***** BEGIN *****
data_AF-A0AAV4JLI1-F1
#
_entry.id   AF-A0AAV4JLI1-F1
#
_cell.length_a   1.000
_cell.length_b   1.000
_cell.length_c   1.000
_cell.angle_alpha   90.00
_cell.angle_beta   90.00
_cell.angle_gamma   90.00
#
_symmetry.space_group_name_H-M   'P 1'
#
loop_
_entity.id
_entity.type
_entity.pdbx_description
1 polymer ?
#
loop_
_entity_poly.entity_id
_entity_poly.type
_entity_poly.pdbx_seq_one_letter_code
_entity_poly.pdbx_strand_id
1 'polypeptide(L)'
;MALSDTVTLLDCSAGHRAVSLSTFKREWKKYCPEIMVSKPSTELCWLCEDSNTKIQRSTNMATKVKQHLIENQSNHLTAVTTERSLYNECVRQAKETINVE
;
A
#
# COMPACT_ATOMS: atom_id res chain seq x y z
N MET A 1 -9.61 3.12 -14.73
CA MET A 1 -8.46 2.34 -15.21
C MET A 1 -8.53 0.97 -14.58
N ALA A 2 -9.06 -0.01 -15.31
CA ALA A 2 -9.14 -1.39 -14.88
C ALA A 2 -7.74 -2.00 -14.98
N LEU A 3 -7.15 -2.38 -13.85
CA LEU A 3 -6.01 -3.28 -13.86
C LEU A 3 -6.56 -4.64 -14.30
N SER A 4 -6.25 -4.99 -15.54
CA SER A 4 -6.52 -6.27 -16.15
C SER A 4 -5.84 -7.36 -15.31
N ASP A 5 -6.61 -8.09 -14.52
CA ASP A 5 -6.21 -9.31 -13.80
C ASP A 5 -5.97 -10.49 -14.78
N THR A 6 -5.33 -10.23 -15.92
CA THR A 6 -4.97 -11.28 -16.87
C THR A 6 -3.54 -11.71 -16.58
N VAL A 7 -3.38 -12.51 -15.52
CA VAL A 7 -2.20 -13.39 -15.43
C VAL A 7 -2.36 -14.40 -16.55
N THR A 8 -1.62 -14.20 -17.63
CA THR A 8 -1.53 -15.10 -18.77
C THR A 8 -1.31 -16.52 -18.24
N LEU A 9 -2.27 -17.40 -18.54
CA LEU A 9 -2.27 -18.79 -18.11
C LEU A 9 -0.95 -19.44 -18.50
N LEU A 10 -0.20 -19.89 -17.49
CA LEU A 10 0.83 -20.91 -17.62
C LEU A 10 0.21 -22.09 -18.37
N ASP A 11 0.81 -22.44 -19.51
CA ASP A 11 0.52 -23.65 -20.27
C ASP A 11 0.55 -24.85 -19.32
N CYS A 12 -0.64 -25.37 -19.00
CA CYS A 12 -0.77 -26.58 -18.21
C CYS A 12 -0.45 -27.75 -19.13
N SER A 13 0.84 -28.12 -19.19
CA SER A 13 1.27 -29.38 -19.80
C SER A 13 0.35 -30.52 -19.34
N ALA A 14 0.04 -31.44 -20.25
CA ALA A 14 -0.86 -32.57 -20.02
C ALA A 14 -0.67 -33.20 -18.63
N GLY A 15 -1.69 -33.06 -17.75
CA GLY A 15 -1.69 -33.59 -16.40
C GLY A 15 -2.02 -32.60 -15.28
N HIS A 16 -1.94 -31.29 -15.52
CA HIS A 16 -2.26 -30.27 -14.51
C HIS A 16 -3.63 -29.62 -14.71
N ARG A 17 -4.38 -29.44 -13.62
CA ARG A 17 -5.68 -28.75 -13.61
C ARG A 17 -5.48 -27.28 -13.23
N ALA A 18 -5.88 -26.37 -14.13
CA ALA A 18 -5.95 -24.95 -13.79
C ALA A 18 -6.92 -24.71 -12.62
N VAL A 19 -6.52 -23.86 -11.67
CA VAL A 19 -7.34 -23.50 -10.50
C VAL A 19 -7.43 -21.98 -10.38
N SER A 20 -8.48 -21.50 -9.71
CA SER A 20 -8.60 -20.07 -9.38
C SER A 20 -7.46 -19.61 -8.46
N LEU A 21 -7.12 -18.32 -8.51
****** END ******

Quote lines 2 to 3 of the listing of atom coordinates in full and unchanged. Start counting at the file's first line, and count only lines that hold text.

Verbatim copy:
#
_entry.id   AF-A0AAV4JLI1-F1